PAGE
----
On May 13, 1607, at a small low-lying wooded peninsula, virtually an island, the Jamestown Settlement was established on the south side of what is now known as the Virginia Peninsula. In 1618 several colonists left and formed the "Martin's Hundred" colony to the south. Of the 220 or so which left, one year later, all were either killed or missing. The first meeting of a representative government group in the American colonies was held at the Jamestown Settlement on July 30, 1619, making Jamestown the first Capital of Virginia. Among the 22 members of the colony was the governor, who was appointed by officials of the Virginia Company in London. The governor in turn appointed six important members of the colony to be his council. The other 15 members were elected by the free men of the Virginia Colony who were over 17 and also owned land. This body, known as the House of Burgesses, later became the Virginia General Assembly. May 13 is the 133rd day of the year in the Gregorian Calendar (134th in leap years). ... Events January 20 - Tidal wave swept along the Bristol Channel, killing 2000 people. ... Jamestown was a village on an island in the James River in Virginia, about 45 miles southeast of where Richmond, Virginia, is now. ... The Virginia Peninsula is a peninsula in southeast Virginia, bounded by the York River, James River, Hampton Roads and Chesapeake Bay. ... July 30 is the 211th day (212th in leap years) of the year in the Gregorian Calendar, with 154 days remaining. ... Events May 13 - Dutch statesman Johan van Oldenbarnevelt is executed in The Hague after having been accused of treason. ... The 1606 grants by James I to the London and Plymouth companies. ... For other uses, see London (disambiguation). ... Patrick Henry before the House of Burgesses in an 1851 painting by Peter F. Rothermel The House of Burgesses was the lower house of the Colony of Virginia. ... The Virginia General Assembly is the state legislature of the U.S. state of Virginia. ...


See more about Jamestown today in the Historic Triangle section below.


Middle Plantation, College of William and Mary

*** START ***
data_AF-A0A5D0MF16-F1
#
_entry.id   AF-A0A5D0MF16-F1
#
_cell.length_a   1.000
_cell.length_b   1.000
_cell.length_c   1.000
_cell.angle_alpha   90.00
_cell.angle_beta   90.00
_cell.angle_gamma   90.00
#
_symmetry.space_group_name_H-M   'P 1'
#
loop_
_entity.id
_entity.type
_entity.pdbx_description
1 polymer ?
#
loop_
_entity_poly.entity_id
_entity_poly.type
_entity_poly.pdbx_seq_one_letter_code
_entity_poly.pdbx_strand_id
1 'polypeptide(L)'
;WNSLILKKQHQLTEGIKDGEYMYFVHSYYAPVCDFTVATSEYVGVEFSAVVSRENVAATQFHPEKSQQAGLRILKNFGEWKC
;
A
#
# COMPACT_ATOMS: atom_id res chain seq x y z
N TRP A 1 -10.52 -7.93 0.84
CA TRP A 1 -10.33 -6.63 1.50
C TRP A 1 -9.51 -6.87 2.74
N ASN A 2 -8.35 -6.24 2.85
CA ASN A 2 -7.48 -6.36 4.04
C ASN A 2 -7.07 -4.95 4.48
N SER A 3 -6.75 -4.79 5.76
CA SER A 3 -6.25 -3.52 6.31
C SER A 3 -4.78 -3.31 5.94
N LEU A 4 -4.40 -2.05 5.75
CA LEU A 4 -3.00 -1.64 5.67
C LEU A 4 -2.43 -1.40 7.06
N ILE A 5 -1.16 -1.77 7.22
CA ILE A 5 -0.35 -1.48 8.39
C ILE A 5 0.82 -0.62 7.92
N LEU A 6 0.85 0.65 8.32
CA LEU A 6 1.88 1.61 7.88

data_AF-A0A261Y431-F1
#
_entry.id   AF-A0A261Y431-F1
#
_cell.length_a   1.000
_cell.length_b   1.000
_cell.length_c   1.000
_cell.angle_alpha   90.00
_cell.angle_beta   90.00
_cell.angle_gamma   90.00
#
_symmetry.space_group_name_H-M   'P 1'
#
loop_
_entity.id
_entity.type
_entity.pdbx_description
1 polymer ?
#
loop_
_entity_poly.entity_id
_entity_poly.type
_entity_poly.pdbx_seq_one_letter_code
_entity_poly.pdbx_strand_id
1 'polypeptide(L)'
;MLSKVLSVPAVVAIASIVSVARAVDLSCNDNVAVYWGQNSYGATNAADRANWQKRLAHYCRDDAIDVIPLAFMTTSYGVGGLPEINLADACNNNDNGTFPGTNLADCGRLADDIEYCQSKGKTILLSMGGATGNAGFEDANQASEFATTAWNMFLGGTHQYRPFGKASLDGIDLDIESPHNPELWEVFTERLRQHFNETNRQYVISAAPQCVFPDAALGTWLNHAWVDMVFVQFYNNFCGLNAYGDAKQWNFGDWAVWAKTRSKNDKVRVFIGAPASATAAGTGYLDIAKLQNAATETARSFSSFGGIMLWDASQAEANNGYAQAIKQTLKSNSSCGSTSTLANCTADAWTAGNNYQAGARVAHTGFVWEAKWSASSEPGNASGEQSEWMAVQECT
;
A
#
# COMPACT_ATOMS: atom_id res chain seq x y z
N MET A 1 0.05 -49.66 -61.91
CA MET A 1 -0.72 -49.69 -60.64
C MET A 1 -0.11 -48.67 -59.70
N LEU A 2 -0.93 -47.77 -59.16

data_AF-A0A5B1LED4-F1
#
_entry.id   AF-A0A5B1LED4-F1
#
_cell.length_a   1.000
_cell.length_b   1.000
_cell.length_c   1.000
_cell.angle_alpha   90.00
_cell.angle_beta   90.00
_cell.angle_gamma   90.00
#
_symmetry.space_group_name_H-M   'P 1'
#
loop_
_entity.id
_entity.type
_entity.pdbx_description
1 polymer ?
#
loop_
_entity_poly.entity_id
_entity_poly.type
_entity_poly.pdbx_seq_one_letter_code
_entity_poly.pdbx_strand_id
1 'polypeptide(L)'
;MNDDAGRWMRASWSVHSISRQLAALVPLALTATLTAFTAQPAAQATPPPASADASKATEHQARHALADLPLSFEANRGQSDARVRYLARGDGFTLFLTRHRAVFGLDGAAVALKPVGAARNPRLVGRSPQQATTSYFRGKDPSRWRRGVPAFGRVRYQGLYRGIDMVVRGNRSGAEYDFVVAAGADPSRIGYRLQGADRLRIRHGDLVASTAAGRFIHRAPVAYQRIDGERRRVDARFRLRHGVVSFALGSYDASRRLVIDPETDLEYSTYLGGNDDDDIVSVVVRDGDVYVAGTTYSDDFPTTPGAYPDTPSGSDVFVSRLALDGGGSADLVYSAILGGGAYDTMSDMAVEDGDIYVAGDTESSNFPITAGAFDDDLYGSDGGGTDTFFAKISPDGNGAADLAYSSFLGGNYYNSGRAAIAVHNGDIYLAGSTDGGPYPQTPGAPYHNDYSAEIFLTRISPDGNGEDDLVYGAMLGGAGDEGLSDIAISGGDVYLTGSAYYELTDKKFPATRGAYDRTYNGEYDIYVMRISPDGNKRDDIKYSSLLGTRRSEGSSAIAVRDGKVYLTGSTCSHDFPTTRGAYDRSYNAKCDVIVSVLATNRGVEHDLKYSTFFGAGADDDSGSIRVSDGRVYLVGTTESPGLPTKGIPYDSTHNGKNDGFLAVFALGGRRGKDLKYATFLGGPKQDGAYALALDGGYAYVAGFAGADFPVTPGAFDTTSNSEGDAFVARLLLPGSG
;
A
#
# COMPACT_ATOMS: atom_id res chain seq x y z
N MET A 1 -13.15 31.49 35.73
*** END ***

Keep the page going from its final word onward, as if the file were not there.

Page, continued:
Middle Plantation was originally established in 1632. It was located on high ground about half-way across the Virginia Peninsula between the James and York Rivers. It was at the edge of a geographic plateau of the Tidewater Region, from which the land slopes eastward down to sea level at the lower end of the peninsula. This was a natural point to build a line of defense for the lower peninsula during early conflicts with the Native Americans. In 1676, after the State House at Jamestown was burned during Bacon's Rebellion, the House of Burgesses met at Middle Plantation, which was nearby. The College of William and Mary was established adjacent to Middle Plantation in 1693. There, George Washington and Thomas Jefferson were among many of Virginia's (and the nation's) future leaders who received their higher education, a tradition which was to continue for hundreds of years. Colonial Williamsburg is the historic district of the independent city of Williamsburg, Virginia. ... The Virginia Peninsula is a peninsula in southeast Virginia, bounded by the York River, James River, Hampton Roads and Chesapeake Bay. ... The James River at Cartersville The James River in the U.S. state of Virginia is 547. ... York River can refer to: The York River in Virginia in the United States. ... For considerations of sea level change, in particular rise associated with possible global warming, see sea level rise. ... An Atsina named Assiniboin Boy Native Americans in the United States (also known as Indians, American Indians, First Americans, Indigenous Peoples, Aboriginal Peoples, Aboriginal Americans, Amerindians, Amerinds, or Original Americans) are the indigenous peoples within the territory that is now encompassed by the continental United States and their descendants in... Bacons Rebellion, also known as the Virginia Rebellion, was an uprising in 1676 in the Virginia Colony, led by Nathaniel Bacon. ... Patrick Henry before the House of Burgesses in an 1851 painting by Peter F. Rothermel The House of Burgesses was the lower house of the Colony of Virginia. ... The College of William and Mary in Virginia is the second-oldest institution of higher education in the United States (after Harvard University). ...